This is a review of The Well-Grounded Java Developer, Vital techniques of Java 7 and polyglot programming. Written by Benjamin J. Evans and Martijn Verburg. The book was published in July, 2012 and it contains 496 pages

Right from the start I want to say that this is an excellent book and I highly recommend it. One thing you do need to be aware about is that in order to use this book you need to know Java. If you don’t know Java then this is not the book for you. This book is all about bringing you to the next level as a Java developer by showing you how to do continuous integration, dependency injection, testing, performance tuning, and more.

This book even shows you how to use different languages that run on the JVM. The book is written in a easy and concise style, everything is very clear. I also love the annotations which are sprinkled throughout the book, they give some nice background information. While the chapters on Groovy, Scala and Clojure are not a complete reference for the language, they do provide enough material to form a nice foundation, now you can further explore the language on your own.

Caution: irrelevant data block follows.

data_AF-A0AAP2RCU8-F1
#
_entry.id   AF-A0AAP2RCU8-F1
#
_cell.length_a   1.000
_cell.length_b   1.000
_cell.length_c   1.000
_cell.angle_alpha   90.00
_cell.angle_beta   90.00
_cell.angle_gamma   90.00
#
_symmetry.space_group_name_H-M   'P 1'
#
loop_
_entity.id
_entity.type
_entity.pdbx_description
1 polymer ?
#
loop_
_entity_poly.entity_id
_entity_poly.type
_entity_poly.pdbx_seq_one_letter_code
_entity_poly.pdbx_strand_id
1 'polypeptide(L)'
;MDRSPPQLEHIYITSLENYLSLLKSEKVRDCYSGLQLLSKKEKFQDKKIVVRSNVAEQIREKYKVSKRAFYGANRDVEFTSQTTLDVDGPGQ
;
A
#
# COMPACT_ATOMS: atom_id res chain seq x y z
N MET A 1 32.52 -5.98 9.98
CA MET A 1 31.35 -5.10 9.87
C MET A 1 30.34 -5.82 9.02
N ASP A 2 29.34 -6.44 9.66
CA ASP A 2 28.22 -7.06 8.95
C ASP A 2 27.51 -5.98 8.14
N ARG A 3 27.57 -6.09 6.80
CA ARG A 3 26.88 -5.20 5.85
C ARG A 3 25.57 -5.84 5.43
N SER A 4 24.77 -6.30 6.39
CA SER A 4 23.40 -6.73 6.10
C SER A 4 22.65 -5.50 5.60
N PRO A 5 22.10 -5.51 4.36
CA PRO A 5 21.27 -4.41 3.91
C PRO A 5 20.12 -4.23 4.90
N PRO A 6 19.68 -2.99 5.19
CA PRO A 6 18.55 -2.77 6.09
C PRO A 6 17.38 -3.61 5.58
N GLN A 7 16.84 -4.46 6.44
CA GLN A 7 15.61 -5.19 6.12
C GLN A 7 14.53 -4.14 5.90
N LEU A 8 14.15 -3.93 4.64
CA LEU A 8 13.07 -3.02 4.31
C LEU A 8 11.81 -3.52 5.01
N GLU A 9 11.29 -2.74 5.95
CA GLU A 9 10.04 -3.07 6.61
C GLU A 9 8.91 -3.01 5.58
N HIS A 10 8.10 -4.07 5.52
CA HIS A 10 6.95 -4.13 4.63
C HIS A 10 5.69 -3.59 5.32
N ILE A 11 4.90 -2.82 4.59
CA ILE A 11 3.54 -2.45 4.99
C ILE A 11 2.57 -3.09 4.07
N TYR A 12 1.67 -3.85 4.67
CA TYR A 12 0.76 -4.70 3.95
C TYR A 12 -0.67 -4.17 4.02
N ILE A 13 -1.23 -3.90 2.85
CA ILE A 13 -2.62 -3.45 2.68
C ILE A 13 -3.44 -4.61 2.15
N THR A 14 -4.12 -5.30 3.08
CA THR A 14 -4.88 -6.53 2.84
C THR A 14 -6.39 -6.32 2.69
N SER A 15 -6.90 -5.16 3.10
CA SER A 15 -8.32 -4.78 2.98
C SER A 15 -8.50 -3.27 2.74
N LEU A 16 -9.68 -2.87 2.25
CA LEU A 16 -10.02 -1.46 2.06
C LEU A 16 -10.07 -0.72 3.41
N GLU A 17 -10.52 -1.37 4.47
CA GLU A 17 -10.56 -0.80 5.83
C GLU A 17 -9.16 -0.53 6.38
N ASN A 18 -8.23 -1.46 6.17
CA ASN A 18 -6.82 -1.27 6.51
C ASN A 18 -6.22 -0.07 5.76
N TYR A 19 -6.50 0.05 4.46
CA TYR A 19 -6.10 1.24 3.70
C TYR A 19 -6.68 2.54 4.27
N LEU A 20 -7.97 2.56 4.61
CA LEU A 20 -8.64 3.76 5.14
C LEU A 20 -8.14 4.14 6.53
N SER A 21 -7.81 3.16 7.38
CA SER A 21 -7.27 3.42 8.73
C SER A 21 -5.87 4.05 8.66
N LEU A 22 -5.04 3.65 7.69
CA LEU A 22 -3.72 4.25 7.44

The book is split up in four parts, I will list each part with the chapters within that part and will give a brief summary what the part is about

Part 1 Developing with Java 7

Chapter 1 Introducing Java 7

Chapter 2 New I/O